Psalm 5:2, 3; Psalm 130:5
Hearken unto the voice of my cry, my King, and my God: for unto thee will I pray. My voice shalt thou hear in the morning, O LORD; in the morning will I direct my prayer unto thee, and will look up.
I wait for the LORD, my soul doth wait, and in his word do I hope.
C. H. SPURGEON (1834-1892): “Hearken unto the voice of my cry, my King and my God.” Here is a grand argument why God should answer prayer―because he is our King and our God. We are not aliens to Him: He is the King of our country. Kings are expected to hear the appeals of their own people. We are not strangers to Him; we are His worshippers, and He is our God: ours by covenant, by promise, by oath, by blood…Above all, we should cultivate the habit of expecting answers to our prayers. We should do like the merchant who sends his ships to sea. We should not be satisfied unless we see some return.
A. W. PINK (1886-1952): True faith looks to a promising God, and expects Him to be a performing God, too.
MATTHEW HENRY (1662-1714): We must look after our praying, and see what answer God gives.
THOMAS BROOKS (1608-1680): My voice shalt thou hear in the morning, O LORD; in the morning will I direct my prayer unto thee, and will look up, Psalm 5:3—“I will look up.” The prophet, in these words, makes use of two military words. First, he would not only pray, but marshal up his prayers, he would put them in battle-array; so much the Hebrew word gnarach imports. Secondly, when he had done this, then he would be as a spy upon his watchtower, to see whether he prevailed, whether he got the day or not; and so much the Hebrew word tsaphah imports. When David had set his prayers, his petitions, in rank and file, in good array, then he was resolved he would look abroad, he would look about him, to see at what door God would send in an answer of prayer.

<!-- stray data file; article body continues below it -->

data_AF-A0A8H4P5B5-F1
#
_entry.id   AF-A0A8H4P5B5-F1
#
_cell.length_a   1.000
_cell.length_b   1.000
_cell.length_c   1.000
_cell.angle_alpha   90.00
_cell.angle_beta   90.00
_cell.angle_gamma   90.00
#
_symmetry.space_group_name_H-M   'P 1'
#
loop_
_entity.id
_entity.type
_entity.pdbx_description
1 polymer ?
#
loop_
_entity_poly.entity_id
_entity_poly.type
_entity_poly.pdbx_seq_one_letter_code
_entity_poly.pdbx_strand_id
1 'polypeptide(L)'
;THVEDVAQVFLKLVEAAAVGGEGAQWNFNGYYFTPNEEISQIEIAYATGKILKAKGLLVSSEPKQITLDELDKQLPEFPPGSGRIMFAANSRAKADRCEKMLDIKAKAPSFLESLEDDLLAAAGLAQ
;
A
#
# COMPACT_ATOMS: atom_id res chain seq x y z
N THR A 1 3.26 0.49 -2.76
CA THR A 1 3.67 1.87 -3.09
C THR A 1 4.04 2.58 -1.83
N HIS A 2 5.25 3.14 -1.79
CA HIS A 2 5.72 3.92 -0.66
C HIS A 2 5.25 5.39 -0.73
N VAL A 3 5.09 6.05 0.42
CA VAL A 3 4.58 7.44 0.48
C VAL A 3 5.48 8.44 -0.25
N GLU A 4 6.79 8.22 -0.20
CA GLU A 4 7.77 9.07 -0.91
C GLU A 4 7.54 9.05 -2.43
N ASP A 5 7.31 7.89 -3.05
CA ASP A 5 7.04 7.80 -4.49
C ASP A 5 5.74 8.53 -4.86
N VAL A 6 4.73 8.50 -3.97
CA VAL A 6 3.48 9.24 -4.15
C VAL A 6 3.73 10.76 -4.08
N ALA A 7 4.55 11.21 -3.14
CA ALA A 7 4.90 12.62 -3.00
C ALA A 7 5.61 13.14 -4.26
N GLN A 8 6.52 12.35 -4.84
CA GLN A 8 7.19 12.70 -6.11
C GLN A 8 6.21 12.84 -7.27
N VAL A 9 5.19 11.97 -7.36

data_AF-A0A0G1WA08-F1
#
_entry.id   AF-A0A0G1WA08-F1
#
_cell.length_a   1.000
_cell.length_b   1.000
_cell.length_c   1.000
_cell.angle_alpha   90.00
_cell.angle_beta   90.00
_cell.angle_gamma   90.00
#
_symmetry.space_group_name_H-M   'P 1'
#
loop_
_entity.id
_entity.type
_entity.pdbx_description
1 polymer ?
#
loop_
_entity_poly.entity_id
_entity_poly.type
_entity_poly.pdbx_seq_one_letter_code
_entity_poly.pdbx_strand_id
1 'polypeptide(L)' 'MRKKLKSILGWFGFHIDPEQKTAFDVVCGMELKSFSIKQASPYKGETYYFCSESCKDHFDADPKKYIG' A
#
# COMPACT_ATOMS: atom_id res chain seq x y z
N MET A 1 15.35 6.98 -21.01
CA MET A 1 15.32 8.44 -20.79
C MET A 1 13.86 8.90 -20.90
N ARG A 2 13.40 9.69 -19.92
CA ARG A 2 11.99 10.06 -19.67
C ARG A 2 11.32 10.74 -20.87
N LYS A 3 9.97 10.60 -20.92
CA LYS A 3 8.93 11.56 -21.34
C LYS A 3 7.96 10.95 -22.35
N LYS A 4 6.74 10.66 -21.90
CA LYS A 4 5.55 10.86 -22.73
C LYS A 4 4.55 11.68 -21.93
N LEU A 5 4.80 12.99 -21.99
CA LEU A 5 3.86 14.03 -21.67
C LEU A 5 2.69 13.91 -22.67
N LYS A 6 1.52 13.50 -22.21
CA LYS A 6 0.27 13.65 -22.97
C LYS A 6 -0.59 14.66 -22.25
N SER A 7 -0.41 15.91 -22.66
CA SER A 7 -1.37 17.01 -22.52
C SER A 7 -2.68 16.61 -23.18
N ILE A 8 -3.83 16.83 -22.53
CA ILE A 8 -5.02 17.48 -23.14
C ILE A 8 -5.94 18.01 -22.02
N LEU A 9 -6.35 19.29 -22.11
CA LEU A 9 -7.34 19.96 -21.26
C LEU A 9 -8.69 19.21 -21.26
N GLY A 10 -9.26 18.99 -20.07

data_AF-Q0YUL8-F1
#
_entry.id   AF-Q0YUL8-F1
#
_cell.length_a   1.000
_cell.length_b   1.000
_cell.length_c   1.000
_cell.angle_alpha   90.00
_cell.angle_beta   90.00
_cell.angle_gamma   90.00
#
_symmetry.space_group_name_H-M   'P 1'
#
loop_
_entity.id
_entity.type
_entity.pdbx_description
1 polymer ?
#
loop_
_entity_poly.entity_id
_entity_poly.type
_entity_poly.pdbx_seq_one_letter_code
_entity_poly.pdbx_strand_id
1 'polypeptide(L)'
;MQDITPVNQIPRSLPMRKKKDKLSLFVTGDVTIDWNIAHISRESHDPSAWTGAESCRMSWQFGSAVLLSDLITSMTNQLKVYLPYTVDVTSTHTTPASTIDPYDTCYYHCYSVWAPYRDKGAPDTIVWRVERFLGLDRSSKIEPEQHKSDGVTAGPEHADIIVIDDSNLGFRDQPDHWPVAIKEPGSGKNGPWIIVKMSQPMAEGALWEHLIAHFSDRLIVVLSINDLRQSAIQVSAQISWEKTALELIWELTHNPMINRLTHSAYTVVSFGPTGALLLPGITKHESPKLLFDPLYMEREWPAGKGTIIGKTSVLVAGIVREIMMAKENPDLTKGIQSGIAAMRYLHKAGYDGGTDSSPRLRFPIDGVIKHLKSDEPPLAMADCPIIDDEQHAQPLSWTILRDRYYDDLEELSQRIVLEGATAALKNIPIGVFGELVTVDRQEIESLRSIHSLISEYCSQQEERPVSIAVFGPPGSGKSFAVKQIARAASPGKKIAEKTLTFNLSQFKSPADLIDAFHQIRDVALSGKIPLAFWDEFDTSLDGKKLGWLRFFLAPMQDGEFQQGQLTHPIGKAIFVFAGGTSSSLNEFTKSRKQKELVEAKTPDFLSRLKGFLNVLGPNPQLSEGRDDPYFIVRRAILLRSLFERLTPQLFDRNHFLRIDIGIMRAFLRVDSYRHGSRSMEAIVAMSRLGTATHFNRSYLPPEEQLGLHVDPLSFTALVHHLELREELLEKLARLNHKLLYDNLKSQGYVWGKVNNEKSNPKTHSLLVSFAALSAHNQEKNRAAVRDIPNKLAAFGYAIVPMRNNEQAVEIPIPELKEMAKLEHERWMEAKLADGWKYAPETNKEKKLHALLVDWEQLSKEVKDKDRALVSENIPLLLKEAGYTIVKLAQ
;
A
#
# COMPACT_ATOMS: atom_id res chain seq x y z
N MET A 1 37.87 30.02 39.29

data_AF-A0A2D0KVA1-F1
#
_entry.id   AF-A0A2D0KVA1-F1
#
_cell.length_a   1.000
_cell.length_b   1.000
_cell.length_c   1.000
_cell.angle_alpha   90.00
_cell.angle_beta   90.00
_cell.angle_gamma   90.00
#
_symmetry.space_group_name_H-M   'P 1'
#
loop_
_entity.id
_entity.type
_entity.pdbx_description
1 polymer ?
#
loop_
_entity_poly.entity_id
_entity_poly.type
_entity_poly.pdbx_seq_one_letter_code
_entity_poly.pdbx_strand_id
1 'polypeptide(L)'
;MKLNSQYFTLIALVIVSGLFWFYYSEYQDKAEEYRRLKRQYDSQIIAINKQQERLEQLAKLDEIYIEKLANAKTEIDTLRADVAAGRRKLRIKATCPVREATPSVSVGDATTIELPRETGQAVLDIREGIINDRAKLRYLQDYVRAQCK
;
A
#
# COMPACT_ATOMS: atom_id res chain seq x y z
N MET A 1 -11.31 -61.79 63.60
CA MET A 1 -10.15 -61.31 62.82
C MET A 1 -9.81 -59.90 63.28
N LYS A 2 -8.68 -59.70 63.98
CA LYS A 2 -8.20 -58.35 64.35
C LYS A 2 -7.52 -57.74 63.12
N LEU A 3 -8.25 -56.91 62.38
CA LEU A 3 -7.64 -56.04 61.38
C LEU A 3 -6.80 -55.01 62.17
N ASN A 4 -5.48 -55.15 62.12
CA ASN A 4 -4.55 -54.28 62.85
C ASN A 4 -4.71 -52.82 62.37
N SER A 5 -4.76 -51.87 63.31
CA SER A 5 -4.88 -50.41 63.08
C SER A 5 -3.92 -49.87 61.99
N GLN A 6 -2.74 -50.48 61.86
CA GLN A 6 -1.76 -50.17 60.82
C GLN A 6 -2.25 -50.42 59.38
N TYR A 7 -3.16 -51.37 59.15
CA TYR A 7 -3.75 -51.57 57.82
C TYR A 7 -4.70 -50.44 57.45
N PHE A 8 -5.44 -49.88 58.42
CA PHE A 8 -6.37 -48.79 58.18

C. H. SPURGEON: We may expect answers to prayer, and should not be easy without them any more than we should be if we had written a letter to a friend upon important business, and had received no reply.
THOMAS BROOKS: He is either a fool or a madman, he is either very weak or very wicked, that prays but never looks after his prayers; that shoots many an arrow towards heaven, but never minds where his arrows alight. When children shoot their arrows, they never mind where they fall; but when prudent archers shoot their arrows up into the air, they stand and watch where they fall. You must deal by your prayers as prudent archers do by their arrows: “I will stand upon my watch, and set me upon the tower, and will watch to see what he will say unto me,” Habakkuk 2:1―the prophet who, in the former chapter, had been very earnest and very fervent in his supplications, gets now upon his watchtower, to see what becomes of his prayer. He stands as a sentinel, and watches as vigilantly and as carefully as a spy, a scout, earnestly longing to hear and see the event, the issue, and success of his prayers.